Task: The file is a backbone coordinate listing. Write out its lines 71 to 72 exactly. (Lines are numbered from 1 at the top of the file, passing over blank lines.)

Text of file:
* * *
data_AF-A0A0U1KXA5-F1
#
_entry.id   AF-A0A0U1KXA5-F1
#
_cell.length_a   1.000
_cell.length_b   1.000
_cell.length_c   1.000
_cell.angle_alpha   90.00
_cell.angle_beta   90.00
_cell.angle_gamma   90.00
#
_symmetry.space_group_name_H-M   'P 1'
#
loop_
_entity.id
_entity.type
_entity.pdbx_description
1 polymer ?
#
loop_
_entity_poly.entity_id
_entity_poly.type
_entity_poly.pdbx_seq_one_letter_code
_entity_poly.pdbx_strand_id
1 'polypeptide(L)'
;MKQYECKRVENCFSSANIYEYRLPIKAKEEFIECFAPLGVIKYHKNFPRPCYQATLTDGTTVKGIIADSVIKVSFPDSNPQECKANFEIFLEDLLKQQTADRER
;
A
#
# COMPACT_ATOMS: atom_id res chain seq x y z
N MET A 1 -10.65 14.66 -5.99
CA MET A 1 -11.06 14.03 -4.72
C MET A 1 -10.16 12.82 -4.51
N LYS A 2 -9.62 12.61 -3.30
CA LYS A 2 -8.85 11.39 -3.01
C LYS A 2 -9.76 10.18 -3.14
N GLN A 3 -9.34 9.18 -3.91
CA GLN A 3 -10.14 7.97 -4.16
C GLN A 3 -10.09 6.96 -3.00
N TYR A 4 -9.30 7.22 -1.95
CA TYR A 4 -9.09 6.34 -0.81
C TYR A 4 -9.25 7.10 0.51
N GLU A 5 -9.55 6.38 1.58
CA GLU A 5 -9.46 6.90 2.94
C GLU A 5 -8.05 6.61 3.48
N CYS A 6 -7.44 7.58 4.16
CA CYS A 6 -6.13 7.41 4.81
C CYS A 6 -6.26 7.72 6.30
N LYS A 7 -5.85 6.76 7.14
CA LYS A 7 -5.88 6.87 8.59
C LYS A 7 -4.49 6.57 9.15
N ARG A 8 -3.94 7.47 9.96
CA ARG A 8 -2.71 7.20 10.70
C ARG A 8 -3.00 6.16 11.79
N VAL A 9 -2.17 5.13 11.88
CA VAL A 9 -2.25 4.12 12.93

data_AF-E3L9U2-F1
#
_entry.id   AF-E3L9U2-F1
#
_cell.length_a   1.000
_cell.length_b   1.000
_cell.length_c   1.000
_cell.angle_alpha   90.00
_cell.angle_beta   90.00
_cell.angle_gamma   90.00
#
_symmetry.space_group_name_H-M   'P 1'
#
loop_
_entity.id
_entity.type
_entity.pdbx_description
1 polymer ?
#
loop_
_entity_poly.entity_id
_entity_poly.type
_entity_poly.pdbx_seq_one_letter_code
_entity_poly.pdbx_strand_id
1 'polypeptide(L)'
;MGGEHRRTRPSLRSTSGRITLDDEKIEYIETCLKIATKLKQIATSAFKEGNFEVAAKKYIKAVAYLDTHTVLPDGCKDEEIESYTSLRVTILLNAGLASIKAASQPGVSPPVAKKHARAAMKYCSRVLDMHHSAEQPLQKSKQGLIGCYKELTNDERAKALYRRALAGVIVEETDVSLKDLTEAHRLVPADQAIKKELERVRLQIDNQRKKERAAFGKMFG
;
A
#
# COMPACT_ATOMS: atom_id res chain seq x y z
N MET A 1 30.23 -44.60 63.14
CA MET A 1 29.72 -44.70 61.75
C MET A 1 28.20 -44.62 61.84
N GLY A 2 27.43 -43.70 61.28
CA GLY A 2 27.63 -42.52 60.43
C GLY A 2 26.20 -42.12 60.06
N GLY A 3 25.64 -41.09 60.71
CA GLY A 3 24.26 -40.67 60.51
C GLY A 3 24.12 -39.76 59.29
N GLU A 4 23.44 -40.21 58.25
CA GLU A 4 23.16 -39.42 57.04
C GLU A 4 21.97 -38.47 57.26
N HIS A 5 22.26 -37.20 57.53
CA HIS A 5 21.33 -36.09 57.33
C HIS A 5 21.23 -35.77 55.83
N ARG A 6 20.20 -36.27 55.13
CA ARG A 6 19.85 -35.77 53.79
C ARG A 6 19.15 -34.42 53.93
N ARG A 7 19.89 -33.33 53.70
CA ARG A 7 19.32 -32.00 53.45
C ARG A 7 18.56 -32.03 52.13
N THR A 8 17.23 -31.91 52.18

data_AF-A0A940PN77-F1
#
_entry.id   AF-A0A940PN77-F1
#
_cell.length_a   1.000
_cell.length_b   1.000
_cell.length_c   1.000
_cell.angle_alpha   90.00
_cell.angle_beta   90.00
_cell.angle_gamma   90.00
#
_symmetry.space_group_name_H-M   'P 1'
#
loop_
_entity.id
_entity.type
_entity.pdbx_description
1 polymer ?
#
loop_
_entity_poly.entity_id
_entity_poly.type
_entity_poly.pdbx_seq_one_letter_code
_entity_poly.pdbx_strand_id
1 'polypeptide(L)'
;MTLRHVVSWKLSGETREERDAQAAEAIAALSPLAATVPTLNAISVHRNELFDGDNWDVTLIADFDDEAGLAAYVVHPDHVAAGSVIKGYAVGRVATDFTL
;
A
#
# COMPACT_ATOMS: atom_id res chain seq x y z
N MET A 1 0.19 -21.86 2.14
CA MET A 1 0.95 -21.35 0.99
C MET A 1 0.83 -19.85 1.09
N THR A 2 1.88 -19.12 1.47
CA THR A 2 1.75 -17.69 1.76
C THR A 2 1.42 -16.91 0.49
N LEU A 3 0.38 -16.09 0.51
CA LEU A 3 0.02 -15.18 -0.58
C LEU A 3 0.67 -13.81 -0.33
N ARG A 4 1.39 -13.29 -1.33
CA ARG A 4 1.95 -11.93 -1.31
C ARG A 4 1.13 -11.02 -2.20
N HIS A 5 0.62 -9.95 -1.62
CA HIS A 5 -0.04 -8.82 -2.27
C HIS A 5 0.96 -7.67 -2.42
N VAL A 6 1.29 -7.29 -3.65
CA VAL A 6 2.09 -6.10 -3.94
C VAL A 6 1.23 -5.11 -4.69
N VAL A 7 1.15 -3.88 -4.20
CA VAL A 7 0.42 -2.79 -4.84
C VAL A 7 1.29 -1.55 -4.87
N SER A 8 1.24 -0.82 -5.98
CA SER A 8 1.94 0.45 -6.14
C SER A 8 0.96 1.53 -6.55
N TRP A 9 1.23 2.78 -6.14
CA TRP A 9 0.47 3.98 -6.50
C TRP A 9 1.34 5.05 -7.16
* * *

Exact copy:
_entity.id
_entity.type